Settling in to the new place
Fair Warning: This post falls into the “what I had for breakfast” category for some people. If you don’t want to read me rambling about things I like about our new home, things I’m getting used to about our new home town, how the move motivated us to take care of overdue tasks, and related topics, you’ll want to skip this. I’ll get back to the craft of writing, my love of all things sf/f, and various culture war issues soon.
So, in case you haven’t been following: we had to move from the place in Ballard that I had lived in since 1996 (and that Michael had shared with me since 1998) this year. On the one hand, it wasn’t our decision to move; on the other, the process by which the new owners of our old building went about it, we had many months notice to prepare and plan. On the gripping hand, we had to also fit in my husband’s surgery and recovery time, plus my work was even crazier with long hours than usual.
And now, after 32 years, I am no longer a resident of Seattle…
Our old place was a two-bedroom in a four-plex in a neighborhood that for many years had the reputation of “where grandmas live.” Our new place is a two-bedroom apartment in a 16-unit complex in a suburb. We’re close to three different highways with a strip mall on one side of the building, and other small apartment buildings in between single-family homes on the other.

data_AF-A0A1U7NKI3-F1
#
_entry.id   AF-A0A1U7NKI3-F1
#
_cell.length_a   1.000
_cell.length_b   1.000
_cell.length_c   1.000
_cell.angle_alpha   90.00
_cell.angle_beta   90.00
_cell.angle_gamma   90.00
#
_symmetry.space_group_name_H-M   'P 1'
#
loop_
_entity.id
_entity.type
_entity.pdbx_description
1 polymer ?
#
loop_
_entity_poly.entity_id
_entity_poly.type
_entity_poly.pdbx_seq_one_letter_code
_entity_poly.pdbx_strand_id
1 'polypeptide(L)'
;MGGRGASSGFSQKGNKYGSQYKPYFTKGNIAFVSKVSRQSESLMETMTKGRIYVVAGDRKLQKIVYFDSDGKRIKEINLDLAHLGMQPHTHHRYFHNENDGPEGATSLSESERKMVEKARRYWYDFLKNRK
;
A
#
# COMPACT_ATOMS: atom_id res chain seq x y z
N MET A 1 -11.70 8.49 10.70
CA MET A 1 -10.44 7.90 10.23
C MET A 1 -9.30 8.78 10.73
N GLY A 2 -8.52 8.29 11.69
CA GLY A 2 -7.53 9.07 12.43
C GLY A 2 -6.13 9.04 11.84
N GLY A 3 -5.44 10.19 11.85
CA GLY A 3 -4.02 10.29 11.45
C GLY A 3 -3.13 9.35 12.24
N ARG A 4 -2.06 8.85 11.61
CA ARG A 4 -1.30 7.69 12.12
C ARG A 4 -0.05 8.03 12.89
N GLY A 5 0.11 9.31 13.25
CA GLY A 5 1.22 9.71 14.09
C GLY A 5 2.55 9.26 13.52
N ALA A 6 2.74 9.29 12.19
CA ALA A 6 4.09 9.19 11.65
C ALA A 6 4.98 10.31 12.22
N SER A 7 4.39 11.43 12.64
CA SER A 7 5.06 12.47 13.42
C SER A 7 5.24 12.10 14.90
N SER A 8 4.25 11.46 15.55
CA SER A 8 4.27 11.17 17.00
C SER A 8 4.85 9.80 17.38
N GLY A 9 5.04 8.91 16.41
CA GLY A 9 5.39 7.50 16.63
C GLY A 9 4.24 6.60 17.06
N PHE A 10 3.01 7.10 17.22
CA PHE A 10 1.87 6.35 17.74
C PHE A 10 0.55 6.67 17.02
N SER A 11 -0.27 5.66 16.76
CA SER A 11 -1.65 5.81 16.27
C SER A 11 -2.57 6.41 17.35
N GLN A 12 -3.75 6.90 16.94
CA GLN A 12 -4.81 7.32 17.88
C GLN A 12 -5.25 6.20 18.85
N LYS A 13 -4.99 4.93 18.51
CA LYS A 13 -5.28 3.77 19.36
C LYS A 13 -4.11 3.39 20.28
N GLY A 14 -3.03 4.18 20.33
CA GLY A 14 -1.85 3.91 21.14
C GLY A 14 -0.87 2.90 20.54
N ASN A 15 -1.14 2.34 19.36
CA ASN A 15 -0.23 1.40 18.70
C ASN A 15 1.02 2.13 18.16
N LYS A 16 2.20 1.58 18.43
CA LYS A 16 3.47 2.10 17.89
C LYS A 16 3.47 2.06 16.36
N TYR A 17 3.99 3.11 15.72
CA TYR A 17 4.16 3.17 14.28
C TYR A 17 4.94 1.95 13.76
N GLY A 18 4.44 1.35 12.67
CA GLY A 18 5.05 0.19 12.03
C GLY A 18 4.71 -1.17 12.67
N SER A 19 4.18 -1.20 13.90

The new place is slightly larger than the old place. It’s only 200 square feet bigger, but in many ways it feels like so much more. Part of that is that the new place has more windows and a more open floor plan. Another part is that the new place has a 38-foot long deck (which I keep insisting on calling the veranda) which is ours. At the old place I had a couple of flower beds that were mine for planting purposes, but no outdoor space that was just for us.